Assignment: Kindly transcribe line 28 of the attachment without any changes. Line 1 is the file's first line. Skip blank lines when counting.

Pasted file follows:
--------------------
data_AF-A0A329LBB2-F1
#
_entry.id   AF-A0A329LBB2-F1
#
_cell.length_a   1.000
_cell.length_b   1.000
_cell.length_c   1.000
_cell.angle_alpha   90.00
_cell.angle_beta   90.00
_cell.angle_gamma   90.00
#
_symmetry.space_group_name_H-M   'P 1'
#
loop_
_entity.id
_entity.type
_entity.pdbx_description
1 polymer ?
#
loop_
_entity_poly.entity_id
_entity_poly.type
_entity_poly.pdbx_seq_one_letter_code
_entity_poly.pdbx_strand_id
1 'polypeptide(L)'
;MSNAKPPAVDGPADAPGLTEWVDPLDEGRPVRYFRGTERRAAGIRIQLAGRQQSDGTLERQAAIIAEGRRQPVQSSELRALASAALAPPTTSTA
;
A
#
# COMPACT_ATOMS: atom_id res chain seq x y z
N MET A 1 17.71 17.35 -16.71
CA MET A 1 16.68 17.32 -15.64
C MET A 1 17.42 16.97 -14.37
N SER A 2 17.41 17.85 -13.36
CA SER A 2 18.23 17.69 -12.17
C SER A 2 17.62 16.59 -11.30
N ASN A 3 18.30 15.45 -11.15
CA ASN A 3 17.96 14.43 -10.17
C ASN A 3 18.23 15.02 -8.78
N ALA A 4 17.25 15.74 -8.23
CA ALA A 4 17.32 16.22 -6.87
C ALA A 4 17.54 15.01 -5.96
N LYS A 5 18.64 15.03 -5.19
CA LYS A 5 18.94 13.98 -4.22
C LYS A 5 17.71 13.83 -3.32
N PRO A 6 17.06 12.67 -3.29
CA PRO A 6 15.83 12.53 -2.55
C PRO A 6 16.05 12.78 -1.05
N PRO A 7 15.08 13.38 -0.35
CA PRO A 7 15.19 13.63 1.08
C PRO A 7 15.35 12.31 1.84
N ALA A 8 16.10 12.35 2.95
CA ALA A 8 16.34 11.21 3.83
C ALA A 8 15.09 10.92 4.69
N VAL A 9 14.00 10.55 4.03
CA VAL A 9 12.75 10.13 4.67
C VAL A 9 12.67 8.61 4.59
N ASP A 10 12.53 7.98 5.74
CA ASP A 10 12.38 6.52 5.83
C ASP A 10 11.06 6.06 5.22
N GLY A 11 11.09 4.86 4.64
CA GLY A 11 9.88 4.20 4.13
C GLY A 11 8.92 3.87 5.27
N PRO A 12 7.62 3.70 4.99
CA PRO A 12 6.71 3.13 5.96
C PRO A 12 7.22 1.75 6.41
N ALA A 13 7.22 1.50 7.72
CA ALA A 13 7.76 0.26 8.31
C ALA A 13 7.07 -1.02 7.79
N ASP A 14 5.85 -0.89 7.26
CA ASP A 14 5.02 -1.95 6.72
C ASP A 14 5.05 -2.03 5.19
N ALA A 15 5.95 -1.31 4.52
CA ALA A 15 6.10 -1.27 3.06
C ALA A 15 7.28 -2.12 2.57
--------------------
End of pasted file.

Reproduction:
A